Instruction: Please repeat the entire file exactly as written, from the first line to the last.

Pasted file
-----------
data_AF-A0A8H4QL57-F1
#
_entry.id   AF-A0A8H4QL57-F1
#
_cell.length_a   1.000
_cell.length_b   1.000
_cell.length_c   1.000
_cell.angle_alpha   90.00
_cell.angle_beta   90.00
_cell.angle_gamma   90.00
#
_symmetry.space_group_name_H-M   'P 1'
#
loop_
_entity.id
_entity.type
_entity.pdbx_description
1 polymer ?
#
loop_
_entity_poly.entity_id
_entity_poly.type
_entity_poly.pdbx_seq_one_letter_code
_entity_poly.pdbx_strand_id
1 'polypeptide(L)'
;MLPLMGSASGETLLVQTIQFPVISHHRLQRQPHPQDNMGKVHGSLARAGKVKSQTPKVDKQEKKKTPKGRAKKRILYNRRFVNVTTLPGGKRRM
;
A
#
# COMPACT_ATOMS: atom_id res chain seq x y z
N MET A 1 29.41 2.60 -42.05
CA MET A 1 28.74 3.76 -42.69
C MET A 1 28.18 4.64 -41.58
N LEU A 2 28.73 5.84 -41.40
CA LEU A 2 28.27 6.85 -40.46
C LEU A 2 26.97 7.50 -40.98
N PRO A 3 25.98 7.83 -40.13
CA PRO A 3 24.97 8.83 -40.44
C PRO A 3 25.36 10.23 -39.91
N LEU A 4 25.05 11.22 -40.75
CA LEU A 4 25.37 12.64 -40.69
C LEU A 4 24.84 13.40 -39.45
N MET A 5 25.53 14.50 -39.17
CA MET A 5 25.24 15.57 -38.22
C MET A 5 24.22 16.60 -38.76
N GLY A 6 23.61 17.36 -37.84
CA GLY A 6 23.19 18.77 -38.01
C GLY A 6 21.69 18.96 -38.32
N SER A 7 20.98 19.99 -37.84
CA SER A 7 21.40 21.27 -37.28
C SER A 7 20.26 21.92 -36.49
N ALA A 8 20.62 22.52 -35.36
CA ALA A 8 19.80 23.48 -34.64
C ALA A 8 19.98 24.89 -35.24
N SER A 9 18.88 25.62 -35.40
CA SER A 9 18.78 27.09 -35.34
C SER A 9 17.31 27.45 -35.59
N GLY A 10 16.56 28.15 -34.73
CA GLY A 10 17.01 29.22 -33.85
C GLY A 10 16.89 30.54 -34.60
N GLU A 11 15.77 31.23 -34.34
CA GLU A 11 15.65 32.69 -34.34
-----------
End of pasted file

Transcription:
data_AF-A0A8H4QL57-F1
#
_entry.id   AF-A0A8H4QL57-F1
#
_cell.length_a   1.000
_cell.length_b   1.000
_cell.length_c   1.000
_cell.angle_alpha   90.00
_cell.angle_beta   90.00
_cell.angle_gamma   90.00
#
_symmetry.space_group_name_H-M   'P 1'
#
loop_
_entity.id
_entity.type
_entity.pdbx_description
1 polymer ?
#
loop_
_entity_poly.entity_id
_entity_poly.type
_entity_poly.pdbx_seq_one_letter_code
_entity_poly.pdbx_strand_id
1 'polypeptide(L)'
;MLPLMGSASGETLLVQTIQFPVISHHRLQRQPHPQDNMGKVHGSLARAGKVKSQTPKVDKQEKKKTPKGRAKKRILYNRRFVNVTTLPGGKRRM
;
A
#
# COMPACT_ATOMS: atom_id res chain seq x y z
N MET A 1 29.41 2.60 -42.05
CA MET A 1 28.74 3.76 -42.69
C MET A 1 28.18 4.64 -41.58
N LEU A 2 28.73 5.84 -41.40
CA LEU A 2 28.27 6.85 -40.46
C LEU A 2 26.97 7.50 -40.98
N PRO A 3 25.98 7.83 -40.13
CA PRO A 3 24.97 8.83 -40.44
C PRO A 3 25.36 10.23 -39.91
N LEU A 4 25.05 11.22 -40.75
CA LEU A 4 25.37 12.64 -40.69
C LEU A 4 24.84 13.40 -39.45
N MET A 5 25.53 14.50 -39.17
CA MET A 5 25.24 15.57 -38.22
C MET A 5 24.22 16.60 -38.76
N GLY A 6 23.61 17.36 -37.84
CA GLY A 6 23.19 18.77 -38.01
C GLY A 6 21.69 18.96 -38.32
N SER A 7 20.98 19.99 -37.84
CA SER A 7 21.40 21.27 -37.28
C SER A 7 20.26 21.92 -36.49
N ALA A 8 20.62 22.52 -35.36
CA ALA A 8 19.80 23.48 -34.64
C ALA A 8 19.98 24.89 -35.24
N SER A 9 18.88 25.62 -35.40
CA SER A 9 18.78 27.09 -35.34
C SER A 9 17.31 27.45 -35.59
N GLY A 10 16.56 28.15 -34.73
CA GLY A 10 17.01 29.22 -33.85
C GLY A 10 16.89 30.54 -34.60
N GLU A 11 15.77 31.23 -34.34
CA GLU A 11 15.65 32.69 -34.34